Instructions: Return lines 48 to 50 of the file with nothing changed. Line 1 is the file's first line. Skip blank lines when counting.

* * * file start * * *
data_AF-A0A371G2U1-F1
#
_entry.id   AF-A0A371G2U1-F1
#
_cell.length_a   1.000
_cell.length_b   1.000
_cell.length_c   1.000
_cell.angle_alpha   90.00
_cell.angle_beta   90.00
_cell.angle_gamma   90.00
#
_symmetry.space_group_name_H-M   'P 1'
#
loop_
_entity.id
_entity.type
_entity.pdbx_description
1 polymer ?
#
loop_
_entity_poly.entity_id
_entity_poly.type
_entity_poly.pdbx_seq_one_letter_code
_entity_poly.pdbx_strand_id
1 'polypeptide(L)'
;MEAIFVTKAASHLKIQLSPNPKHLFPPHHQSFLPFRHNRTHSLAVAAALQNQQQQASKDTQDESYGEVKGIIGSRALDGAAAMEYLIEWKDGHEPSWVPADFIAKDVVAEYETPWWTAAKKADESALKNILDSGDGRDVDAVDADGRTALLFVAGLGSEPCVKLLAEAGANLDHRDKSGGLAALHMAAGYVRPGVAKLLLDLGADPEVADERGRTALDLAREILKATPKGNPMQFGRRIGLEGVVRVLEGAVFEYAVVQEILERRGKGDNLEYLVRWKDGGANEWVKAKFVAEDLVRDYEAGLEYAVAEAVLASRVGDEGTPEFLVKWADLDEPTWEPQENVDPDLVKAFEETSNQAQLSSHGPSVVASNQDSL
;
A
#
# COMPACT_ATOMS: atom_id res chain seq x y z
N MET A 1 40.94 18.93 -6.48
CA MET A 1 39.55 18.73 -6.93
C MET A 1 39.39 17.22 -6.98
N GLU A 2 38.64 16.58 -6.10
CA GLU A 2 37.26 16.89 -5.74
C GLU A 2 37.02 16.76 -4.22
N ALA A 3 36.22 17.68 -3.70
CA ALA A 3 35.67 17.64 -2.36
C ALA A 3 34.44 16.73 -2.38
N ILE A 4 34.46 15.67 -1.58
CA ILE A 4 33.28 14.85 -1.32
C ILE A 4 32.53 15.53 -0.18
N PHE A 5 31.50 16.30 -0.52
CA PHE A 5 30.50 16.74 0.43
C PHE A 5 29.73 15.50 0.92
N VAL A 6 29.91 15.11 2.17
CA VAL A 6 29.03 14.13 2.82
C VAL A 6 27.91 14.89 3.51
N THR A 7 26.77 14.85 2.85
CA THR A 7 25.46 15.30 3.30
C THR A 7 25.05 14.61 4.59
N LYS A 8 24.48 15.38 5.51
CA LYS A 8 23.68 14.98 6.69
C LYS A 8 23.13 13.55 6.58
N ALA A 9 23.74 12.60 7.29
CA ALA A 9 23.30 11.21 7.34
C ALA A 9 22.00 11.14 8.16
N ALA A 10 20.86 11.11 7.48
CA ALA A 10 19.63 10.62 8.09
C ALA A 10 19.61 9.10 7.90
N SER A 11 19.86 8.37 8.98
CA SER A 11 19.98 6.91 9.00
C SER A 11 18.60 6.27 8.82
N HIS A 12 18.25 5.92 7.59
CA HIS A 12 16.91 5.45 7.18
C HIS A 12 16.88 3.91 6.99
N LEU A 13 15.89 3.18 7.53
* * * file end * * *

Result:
C VAL A 6 27.91 14.89 3.51
N THR A 7 26.77 14.85 2.85
CA THR A 7 25.46 15.30 3.30